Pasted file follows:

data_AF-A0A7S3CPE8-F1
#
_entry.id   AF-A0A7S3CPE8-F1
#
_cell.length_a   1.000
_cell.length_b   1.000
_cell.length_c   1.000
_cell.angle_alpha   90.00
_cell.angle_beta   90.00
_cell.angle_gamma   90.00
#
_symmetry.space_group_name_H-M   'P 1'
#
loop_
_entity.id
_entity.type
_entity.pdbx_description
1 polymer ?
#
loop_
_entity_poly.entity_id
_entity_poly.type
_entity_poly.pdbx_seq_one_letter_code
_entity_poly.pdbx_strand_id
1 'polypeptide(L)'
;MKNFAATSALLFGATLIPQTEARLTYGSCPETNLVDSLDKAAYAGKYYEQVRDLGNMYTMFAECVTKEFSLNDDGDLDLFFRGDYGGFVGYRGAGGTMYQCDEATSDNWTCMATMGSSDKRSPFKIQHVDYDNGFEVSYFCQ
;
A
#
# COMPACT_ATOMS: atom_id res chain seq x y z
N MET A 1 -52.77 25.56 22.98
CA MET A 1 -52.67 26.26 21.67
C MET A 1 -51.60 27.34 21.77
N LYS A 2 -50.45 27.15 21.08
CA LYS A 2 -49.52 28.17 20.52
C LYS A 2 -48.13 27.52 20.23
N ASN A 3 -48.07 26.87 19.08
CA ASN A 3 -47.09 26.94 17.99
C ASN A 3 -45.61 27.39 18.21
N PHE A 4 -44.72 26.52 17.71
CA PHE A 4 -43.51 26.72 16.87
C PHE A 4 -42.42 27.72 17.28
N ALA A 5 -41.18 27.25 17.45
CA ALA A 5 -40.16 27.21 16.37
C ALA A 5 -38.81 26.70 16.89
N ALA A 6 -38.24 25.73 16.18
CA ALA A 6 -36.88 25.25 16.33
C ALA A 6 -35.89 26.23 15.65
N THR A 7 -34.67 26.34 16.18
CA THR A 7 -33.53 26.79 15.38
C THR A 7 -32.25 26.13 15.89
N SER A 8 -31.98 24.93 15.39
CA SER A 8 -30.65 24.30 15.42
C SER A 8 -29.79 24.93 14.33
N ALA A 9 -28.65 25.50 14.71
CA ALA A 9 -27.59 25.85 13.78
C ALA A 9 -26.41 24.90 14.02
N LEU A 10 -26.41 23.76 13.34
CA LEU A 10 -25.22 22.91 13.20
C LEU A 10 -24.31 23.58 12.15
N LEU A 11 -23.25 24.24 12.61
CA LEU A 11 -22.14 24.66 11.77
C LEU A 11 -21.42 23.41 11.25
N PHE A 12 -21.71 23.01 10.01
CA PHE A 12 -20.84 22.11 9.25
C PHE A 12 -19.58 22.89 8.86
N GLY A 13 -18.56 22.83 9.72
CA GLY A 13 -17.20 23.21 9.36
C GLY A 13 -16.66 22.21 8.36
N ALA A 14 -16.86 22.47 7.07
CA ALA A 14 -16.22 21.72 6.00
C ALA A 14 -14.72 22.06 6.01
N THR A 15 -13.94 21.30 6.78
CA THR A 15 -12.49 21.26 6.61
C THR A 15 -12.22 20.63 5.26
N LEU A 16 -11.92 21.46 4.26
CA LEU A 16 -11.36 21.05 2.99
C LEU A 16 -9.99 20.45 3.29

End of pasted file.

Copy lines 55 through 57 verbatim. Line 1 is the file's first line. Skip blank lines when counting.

N ALA A 9 -28.65 25.50 14.71
CA ALA A 9 -27.59 25.85 13.78
C ALA A 9 -26.41 24.90 14.02